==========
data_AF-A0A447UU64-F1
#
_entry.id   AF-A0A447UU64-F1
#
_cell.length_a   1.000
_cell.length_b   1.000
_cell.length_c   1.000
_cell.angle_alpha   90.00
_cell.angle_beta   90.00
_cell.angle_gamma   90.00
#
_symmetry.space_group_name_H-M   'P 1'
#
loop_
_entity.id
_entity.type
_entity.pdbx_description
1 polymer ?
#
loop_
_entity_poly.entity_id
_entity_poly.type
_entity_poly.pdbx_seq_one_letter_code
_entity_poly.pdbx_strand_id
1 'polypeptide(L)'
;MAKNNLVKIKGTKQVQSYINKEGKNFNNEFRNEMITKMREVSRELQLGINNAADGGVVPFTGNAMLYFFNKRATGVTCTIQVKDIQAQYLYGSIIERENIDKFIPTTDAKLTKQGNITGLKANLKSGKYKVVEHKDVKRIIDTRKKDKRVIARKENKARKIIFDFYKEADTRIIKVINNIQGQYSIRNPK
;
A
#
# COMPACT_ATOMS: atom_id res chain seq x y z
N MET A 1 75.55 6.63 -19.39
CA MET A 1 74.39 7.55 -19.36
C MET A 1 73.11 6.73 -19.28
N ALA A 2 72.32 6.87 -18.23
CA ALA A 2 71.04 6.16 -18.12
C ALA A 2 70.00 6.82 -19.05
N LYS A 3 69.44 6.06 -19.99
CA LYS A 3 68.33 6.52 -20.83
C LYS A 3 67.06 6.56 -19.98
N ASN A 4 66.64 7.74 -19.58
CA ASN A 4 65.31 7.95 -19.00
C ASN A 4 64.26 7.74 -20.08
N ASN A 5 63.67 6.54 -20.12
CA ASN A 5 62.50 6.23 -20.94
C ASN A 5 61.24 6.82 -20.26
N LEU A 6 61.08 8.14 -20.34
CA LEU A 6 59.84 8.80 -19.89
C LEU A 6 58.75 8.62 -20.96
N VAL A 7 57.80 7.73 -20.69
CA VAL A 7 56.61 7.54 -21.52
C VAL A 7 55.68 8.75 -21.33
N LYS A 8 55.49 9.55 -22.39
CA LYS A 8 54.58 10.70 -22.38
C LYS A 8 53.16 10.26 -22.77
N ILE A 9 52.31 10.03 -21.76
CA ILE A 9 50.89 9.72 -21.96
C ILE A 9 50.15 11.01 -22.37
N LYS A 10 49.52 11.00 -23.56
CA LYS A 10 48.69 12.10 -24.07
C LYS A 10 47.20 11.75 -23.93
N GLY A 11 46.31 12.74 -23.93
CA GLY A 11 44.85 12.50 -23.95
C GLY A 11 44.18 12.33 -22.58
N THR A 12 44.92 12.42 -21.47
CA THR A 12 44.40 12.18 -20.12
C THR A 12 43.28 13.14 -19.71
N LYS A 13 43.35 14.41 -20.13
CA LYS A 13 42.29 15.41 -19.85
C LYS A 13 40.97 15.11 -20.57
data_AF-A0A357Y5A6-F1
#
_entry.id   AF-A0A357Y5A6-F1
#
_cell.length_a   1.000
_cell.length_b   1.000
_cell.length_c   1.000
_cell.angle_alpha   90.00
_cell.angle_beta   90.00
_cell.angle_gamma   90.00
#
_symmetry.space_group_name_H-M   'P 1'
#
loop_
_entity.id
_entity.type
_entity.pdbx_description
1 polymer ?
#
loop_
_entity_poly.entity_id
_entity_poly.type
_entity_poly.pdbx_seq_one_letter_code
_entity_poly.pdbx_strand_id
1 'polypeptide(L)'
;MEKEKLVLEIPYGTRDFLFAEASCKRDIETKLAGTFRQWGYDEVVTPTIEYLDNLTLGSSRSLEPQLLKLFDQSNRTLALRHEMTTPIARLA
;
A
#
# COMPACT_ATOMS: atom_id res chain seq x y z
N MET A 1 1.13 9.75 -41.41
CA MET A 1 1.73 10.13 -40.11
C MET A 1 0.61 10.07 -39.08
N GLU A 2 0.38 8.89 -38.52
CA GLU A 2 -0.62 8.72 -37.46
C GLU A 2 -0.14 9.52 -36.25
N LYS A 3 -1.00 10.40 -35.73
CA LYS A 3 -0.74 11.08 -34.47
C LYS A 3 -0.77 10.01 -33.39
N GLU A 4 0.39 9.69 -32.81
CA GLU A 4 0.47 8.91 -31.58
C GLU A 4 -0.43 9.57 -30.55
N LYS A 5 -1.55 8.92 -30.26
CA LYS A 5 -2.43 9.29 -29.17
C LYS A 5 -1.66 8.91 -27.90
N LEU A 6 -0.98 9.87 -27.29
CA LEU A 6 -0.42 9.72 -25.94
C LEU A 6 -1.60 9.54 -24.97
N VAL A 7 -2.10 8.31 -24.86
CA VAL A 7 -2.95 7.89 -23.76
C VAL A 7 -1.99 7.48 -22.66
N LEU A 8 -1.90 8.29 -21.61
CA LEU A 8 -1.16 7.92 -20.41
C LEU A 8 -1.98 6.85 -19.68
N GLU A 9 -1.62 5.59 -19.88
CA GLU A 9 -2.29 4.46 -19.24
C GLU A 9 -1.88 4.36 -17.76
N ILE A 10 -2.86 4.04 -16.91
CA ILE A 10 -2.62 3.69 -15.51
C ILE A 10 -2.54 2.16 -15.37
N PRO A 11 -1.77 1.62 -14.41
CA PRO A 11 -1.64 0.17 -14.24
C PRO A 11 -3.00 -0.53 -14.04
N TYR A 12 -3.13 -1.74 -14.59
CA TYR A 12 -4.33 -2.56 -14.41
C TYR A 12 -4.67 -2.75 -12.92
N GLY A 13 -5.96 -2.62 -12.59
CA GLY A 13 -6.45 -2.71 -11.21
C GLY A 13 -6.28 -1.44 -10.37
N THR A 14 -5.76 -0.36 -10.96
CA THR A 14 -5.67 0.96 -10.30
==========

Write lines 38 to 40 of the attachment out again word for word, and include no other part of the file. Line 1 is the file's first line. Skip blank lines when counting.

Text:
CA LYS A 3 68.33 6.52 -20.83
C LYS A 3 67.06 6.56 -19.98
N ASN A 4 66.64 7.74 -19.58